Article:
A New Zealand author’s book has been pulled from an online store after she criticised the foreign affairs minister’s traditional Maori tattoo.
Olivia Pierson had tweeted that facial tattoos on a female diplomat was “ugly and uncivilised”.
Nanaia Mahuta is the first female MP in New Zealand to have a Maori facial tattoo. She was appointed as minister in a recent cabinet reshuffle.
Ms Pierson’s tweet sparked anger and calls for her book to be pulled.
In response, prominent New Zealand online retailer Mighty Ape said it had withdrawn her book and “would not be making it available again”.
Some New Zealanders with Maori heritage wear tattoos, known as moko, to mark their genealogy and heritage.
Men’s moko tend to cover their entire face, while women’s moko cover their chin.
Ms Pierson had on Monday posted a tweet linking to a story about Ms Mahuta’s appointment.
“Really? The face of NZ’s new Foreign Minister? Facial tattoos are not exactly a polished civilised presentation for a foreign diplomat in the 21st century,” she said.
She later said facial tattoos “especially on a female diplomat, is the height of ugly, uncivilised wokedom”.
Many Twitter users criticised her comments as racially and culturally insensitive, pointing out that moko is part of indigenous culture.
Ms Pierson told New Zealand news outlet Stuff that she stood by her comments, saying facial tattoos were ugly on “anybody, white, brown or black”.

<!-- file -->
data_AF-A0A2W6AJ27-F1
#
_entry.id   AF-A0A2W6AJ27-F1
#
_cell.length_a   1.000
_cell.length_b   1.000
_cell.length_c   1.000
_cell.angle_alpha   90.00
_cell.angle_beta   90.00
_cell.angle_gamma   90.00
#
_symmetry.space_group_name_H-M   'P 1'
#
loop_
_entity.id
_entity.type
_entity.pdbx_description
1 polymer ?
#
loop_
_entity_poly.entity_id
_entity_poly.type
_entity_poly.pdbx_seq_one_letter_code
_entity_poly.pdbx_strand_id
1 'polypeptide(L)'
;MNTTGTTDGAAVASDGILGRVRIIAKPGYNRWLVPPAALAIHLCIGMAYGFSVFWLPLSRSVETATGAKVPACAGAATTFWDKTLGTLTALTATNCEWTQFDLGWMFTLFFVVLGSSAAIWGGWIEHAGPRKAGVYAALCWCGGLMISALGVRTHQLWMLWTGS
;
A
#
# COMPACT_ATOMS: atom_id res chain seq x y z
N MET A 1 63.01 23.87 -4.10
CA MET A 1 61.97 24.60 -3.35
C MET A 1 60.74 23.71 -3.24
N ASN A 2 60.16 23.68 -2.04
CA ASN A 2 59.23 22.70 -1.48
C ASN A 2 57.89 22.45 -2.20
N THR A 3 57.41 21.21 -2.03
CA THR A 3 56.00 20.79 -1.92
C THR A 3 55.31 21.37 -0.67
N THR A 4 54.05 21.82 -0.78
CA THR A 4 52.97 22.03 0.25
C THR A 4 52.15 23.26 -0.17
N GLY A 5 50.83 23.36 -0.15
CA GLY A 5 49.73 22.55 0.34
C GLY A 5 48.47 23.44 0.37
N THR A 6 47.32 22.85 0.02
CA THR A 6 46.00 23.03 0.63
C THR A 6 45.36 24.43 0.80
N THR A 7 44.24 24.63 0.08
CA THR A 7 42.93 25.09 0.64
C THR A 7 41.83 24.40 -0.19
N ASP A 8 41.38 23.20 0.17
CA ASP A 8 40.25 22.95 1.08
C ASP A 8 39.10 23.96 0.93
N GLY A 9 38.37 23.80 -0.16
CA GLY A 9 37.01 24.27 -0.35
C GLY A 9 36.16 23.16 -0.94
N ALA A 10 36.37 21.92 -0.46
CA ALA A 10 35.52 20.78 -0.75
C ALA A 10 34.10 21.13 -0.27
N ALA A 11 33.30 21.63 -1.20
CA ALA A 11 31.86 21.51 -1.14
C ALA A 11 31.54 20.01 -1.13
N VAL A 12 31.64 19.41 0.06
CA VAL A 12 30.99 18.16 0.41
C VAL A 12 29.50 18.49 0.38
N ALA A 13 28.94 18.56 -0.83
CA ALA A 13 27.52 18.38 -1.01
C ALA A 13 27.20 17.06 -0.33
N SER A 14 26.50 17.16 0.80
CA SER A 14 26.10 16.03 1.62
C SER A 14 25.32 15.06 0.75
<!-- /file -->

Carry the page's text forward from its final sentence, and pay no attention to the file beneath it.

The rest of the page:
PM Jacinda Ardern had earlier described her new cabinet – which also includes the country’s first openly gay minister – as “incredibly diverse”.
Reaction to the new cabinet has been largely positive, with many praising the move.
Ms Ardern had earlier last month led her Labour Party to a landslide victory in New Zealand’s general elections.
Female facial tattoos, or moko kauae, have been a part of Maori culture for centuries.
They are carved into the skin using chisels and are seen as particularly sacred, denoting person’s links with their family and cultural identity.
“Maori regard the face or the head as particularly sacred, so the carvings that go on the face or head are also particularly sacred,” Mera Lee-Penehira, associate professor at Maori educational institution Te Whare Wānanga o Awanuiārangi earlier told the BBC.
But colonisation and the arrival of Christian missionaries, who found the tattoos distasteful, meant the tradition began dying out in the mid-19th Century.
It was only in the late 20th century that there was a resurgence in interest in moko, among both Maori men and women. Since the 2000s, moko has become increasingly seen and accepted as part of mainstream New Zealand thanks to a new generation of tattoo practitioners, according to the Museum of New Zealand.
Professor Te Kahautu Maxell of the University of Waikato says those getting moko are people “deciding to reclaim their heritage and identity”.
“We have to protect the last bastions that we have as Maori to make us different.”